SUMMARY  Human resources planning is defined as the process for identifying an organisation's current and future human resource requirements, developing and implementing plans to meet these requirements and monitoring their overall effectiveness.  HR Planning is essentially the process of getting the right number of qualified people into the right job at the right time so that an organisation can meet its objectives.  Organisations use HRP as a means of achieving greater effectiveness.  Human resource planning determines a conscious choice of patterns of acquiring human resources in an organization. In order to achieve the objectives of the organization, the HR planner should be concerned with the timing and scheduling of planning of human resources.  Man power planning can also be used as an important aid in framing the training and development programmes for the employees because it takes into account the anticipated changes in the HR requirements of organizations. With the expansion of business, adoption of complex technology and professional management techniques, the process of human resource planning has assumed a great significance.  Human resource planning is a process of human resource development. The objective of human resource planning is to provide continuity of efficient manning for the total business and optimum use of manpower resources, although that optimum utilization of people is heavily influenced by organisation and corporate culture.  Human resource planning constitutes an integral part of corporate plan and serves the organisational purposes in more than one way.  Human resource planning influences corporate strategy and is in turn influenced by it. The planning process may not always give exact forecasts and to be effective it should be a continuous process with provision for control and review KEY WORDS/ABBREVIATIONS  HRP: Human Resource Planning  Human Resource Planning: The process of getting the right number of qualified people into the right job at the right time, so that an organisation can meet its objectives.  Inventory: Stock taking of the current employees in the organization.  Investigation: It is the primary stage of HRP in any organisation. In this stage, organisations try to develop their awareness about the detailed manpower scenario with a holistic view, looking at their current manpower.  Reengineering: Radical, quantum change in an organization. 22 CU IDOL SELF LEARNING MATERIAL (SLM)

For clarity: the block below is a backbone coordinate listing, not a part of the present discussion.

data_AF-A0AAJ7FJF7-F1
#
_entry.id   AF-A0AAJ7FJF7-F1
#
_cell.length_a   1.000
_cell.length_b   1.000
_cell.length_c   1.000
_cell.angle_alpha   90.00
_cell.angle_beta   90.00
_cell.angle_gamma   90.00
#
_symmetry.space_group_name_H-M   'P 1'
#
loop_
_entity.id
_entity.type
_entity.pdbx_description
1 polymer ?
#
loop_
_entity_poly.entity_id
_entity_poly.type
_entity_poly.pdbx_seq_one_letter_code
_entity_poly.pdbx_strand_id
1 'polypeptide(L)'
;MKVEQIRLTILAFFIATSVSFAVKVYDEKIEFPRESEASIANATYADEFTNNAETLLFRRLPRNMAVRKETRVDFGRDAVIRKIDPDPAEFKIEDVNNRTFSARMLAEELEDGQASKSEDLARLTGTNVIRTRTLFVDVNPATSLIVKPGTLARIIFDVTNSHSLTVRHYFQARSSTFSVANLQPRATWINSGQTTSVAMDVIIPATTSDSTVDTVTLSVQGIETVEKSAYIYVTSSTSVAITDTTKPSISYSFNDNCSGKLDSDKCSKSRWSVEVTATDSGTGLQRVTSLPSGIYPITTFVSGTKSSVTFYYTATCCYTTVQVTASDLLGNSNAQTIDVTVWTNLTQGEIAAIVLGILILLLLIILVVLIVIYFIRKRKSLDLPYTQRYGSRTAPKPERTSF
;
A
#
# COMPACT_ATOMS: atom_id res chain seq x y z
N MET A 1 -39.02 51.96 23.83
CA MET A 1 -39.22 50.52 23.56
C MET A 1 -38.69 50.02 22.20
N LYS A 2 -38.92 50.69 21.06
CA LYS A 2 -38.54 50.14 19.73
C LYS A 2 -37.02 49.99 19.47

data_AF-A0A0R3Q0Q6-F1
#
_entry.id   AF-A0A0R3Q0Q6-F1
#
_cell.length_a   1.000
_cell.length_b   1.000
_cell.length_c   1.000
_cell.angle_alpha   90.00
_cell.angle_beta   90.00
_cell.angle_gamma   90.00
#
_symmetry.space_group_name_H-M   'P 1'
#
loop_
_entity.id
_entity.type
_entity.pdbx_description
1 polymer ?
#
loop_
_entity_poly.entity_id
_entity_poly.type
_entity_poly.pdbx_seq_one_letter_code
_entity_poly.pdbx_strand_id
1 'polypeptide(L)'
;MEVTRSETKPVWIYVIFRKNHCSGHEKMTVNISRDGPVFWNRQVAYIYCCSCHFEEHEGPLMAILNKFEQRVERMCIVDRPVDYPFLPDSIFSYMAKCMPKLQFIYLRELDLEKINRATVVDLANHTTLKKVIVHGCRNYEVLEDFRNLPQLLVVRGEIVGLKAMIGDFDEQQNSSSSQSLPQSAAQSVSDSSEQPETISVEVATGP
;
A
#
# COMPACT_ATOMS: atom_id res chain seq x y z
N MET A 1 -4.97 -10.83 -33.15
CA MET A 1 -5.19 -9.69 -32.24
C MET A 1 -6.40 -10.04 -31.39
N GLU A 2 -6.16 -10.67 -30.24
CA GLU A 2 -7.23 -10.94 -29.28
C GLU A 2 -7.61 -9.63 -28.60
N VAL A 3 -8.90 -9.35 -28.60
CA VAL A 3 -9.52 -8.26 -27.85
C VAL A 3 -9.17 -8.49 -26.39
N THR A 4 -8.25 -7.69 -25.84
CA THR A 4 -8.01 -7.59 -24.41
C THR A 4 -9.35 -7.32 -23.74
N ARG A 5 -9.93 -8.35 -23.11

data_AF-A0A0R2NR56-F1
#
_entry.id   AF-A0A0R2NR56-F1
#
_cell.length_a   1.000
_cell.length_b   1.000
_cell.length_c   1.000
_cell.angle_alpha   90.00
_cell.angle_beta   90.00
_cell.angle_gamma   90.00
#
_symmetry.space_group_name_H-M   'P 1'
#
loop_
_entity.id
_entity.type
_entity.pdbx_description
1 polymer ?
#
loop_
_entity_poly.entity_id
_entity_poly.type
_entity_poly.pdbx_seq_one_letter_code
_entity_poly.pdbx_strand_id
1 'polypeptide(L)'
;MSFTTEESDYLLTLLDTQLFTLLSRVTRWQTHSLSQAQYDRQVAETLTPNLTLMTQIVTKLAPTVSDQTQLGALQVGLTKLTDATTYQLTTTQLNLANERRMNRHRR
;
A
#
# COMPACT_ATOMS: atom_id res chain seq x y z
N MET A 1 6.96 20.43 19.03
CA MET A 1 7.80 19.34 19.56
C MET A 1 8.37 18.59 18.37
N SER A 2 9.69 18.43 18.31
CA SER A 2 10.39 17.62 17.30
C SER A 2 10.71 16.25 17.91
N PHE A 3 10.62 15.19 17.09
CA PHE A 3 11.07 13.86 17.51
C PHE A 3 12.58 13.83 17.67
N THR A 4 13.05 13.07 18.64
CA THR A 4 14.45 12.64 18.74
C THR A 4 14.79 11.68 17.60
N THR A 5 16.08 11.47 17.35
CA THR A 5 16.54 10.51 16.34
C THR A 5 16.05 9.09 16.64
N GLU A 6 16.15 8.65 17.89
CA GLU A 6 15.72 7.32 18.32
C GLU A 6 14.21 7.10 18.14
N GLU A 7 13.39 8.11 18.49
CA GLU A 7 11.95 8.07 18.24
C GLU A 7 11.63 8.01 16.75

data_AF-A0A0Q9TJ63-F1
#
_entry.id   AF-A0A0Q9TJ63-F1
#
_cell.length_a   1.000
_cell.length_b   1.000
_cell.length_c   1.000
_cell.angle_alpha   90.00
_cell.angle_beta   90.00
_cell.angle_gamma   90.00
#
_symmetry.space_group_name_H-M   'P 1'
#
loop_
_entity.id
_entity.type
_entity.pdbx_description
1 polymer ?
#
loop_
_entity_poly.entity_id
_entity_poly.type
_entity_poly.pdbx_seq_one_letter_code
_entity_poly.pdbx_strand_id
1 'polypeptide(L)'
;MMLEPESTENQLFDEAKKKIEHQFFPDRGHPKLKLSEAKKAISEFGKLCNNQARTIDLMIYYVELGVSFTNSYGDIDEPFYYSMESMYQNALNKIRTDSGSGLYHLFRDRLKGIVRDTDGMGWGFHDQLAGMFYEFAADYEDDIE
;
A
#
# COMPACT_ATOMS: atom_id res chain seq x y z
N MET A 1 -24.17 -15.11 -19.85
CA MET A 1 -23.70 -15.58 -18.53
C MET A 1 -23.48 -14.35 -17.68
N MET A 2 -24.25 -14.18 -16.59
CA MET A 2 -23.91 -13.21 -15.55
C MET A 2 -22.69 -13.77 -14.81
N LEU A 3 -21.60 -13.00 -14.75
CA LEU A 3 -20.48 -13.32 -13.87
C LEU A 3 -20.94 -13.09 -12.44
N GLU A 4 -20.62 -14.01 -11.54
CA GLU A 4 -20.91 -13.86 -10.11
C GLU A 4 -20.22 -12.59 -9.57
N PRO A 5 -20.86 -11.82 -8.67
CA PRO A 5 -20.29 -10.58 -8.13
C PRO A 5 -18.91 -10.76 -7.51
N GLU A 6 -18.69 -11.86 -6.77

LEARNING ACTIVITY 1. Assuming you are a HRD Manager in an organisation, you need to create an HR staffing plan. Briefly explain what criteria will be undertaken and why? ……………………………………………………………………………………………..…………… ………………………………………………………………………………………………………. 2. Briefly describe the practices of human resource planning of your organisation. List out the reasons, why this practice is being adopted. ………………………………………………………………………………………………………… ………………………………………………………………………………………………………… UNIT END QUESTIONS (MCQ AND DESCRIPTIVE) A. Descriptive Types Questions 1. Define and explain the term Human resource Planning 2. Outline the entire process of HRP 3. State and explain the reasons behind growing importance of HRP in an organization 4. Identify and discuss objectives of Human resource planning 5. Suppose you are going to HR plan, what objectives would you consider? B. Multiple Choice Questions 1. HRP involves planning for long term needs, rather than for temporary replacement needs. Which of the following steps of HRP process needs to take into consideration the revenue position of the organization? a. Analysing the impact of the organizational strategy and objectives b. Involving the line managers in determining the human resource needs c. Forecasting the quantity and quality of human resources d. Matching the current human resources supply in the organization with the numbers required in the future 2. HR professionals must be careful to avoid some of the common pitfalls in the process of Human Resource Planning (HRP). To design and implement a good HR plan, the HR manager has to have an understanding of which of the following? a. The process of human resource planning b. Human resource and marketing management c. Human resource management and finance management d. All the areas of business 23 CU IDOL SELF LEARNING MATERIAL (SLM)